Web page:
Active Faulting on the Coral Patch Ridge Area (SW Iberian Margin) Based on High-resolution PSDM Seismic Profiles: Significance for Earthquake and Tsunami Hazard
Sara Martínez-Loriente, Eulàlia Gràcia, Rafael Bartolome, Christopher
Connors, Valenti Sallares, Hector Perea Manera, Claudio Lo Iacono, Dirk Klaeschen, Juanjo Dañobeitia, and Nevio
The external part of the Gulf of Cadiz is an area of great interest where have been nucleated large historical and instrumental earthquakes, such as the 1755 Lisbon Earthquake (Mw 8.5) and the 1969 Horseshoe Earthquake (Mw 8.0). The NW-SE convergence of the African and Eurasian Plates controls the seismic activity of moderate magnitude that characterizes the region. Multi-scale acoustic and seismic reflection profiles acquired on the external part of the Gulf of Cadiz during the SWIM-2006 survey reveal active faulting and folding affecting the preexisting structures formed during the Jurassic and Cretaceous rifting. The present study focuses on the characterization of the tectonic pattern and timing of deformation associated to the active structures located south from 36.553251 N (deg). This region embraces a prominent NE-SW trending structure, the Coral Patch Ridge (CPR), which is bounded by the Horseshoe and Seine abyssal plains (HAP, SAP). E-W trending dextral strike-slip faults showing surface deformation and flower structure geometry predominates across the HAP, whereas NE-SW-trending thrust faults characterize the structures of the CPR and SAP. A pre-stack Kirchhoff depth-migration (PSDM) was performed to selected SWIM-2006 profiles to obtain the correct and real geometry of these structures which allowed us to build a regional cross-section and restore it to the non-deformed stage. Then, we calculate the shortening of the lithosphere in this region due to the compressive regime occurring since the Oligocene. Furthermore we have evaluated the seismic potential of these active faults based on the calculation of their seismic parameters (geometry, kinematics, slip-rate, maximum magnitude). The results show that although the CPR, HAP and SAP areas are characterized by a subdued seismic activity, the active structures located there are able to generate large magnitude earthquakes (Mw > 7.0), thus implying a significant earthquake and tsunami hazard previously unaccounted.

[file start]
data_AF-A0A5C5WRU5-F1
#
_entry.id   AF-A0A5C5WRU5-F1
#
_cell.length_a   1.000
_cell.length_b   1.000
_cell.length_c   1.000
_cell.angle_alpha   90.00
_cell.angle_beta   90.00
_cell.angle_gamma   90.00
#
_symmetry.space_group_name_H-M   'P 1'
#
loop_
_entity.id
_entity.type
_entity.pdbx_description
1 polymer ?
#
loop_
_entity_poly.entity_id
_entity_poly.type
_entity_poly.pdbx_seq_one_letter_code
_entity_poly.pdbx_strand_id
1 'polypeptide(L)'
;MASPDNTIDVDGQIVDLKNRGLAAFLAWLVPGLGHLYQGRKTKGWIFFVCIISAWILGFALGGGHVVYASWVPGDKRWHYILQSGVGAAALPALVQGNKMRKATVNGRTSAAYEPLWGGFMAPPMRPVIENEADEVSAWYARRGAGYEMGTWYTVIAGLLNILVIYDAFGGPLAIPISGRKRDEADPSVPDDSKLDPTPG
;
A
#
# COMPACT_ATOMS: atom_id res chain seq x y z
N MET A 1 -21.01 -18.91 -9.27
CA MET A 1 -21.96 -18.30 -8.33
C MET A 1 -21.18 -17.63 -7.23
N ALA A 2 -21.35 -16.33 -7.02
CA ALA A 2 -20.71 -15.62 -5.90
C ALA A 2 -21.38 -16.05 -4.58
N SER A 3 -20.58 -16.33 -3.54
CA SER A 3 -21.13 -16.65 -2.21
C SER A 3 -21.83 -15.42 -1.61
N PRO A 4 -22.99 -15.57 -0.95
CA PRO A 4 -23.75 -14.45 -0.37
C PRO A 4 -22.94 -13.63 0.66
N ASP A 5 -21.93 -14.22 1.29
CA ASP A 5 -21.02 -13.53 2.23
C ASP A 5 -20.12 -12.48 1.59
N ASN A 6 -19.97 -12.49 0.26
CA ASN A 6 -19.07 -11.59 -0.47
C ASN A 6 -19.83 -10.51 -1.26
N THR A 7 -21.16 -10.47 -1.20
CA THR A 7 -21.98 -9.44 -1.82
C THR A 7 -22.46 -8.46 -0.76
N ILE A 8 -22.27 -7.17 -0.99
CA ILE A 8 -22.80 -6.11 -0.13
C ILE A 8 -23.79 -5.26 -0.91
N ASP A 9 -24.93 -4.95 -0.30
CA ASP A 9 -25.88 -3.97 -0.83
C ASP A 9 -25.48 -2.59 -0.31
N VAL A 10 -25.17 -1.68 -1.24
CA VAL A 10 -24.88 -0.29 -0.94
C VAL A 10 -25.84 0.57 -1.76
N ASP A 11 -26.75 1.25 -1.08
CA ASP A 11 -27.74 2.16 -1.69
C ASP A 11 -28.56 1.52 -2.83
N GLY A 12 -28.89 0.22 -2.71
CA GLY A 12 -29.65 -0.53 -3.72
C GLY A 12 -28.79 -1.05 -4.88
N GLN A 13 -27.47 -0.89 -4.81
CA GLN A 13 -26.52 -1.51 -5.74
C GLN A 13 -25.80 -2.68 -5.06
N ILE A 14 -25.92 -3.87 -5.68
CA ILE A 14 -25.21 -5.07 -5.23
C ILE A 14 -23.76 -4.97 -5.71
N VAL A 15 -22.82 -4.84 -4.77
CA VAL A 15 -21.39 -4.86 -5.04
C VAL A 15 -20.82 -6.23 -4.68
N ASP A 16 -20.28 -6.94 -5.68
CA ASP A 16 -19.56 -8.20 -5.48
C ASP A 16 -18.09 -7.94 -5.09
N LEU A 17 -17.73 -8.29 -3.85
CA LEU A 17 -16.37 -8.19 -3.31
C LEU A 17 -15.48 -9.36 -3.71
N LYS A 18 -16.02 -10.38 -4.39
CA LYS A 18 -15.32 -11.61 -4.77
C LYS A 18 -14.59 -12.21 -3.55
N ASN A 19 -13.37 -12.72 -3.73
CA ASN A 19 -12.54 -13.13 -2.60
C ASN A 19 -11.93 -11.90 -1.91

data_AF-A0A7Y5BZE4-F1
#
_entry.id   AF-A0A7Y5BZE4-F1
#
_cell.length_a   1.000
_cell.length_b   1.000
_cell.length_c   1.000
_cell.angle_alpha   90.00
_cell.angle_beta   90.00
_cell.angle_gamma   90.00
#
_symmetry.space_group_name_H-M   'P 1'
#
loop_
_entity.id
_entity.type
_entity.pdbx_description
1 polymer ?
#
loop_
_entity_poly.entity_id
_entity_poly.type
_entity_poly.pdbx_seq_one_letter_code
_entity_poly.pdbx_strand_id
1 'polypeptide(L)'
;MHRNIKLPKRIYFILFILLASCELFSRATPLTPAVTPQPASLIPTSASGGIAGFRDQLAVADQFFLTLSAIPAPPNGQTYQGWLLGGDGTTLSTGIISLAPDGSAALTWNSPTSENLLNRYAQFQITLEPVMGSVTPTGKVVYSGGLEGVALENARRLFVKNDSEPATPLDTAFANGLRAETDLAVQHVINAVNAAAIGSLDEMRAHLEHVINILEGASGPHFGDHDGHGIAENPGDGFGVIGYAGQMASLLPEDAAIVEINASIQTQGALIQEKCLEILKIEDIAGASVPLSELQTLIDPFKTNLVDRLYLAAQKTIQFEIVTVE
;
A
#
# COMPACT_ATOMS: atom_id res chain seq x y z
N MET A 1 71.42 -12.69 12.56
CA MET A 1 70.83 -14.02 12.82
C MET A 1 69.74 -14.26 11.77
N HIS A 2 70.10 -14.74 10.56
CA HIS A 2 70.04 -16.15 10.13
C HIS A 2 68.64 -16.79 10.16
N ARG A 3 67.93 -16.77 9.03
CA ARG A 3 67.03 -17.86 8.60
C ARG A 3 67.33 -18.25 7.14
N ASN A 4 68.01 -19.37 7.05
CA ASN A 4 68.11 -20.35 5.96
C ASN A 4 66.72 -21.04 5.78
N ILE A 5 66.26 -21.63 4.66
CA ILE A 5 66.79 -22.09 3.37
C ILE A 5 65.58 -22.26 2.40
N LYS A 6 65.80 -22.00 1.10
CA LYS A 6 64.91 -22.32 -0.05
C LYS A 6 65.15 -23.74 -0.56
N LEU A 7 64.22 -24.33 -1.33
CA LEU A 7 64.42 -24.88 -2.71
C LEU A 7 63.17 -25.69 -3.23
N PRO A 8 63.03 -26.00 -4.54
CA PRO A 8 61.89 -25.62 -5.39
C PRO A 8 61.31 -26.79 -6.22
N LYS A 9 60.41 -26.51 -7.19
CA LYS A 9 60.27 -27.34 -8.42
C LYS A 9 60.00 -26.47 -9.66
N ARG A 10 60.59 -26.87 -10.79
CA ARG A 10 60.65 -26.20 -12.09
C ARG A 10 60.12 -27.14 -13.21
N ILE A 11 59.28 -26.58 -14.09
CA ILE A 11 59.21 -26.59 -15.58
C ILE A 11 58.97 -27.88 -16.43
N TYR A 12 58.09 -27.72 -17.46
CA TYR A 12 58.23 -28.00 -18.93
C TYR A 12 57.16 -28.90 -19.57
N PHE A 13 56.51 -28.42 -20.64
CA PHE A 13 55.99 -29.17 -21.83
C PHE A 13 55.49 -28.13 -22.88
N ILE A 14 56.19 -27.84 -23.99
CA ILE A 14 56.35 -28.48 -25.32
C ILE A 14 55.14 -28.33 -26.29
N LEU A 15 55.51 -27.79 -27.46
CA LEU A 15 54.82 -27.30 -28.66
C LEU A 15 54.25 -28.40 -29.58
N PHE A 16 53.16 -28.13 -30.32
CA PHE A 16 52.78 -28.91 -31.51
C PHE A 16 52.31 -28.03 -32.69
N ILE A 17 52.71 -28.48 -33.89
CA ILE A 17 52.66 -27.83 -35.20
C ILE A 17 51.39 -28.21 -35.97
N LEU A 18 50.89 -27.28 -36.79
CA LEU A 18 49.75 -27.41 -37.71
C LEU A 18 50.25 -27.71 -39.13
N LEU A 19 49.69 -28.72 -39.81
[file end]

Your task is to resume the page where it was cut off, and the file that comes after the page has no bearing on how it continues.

AAPG Search and Discovery Article #90161©2013 AAPG European Regional Conference, Barcelona, Spain, 8-10 April 2013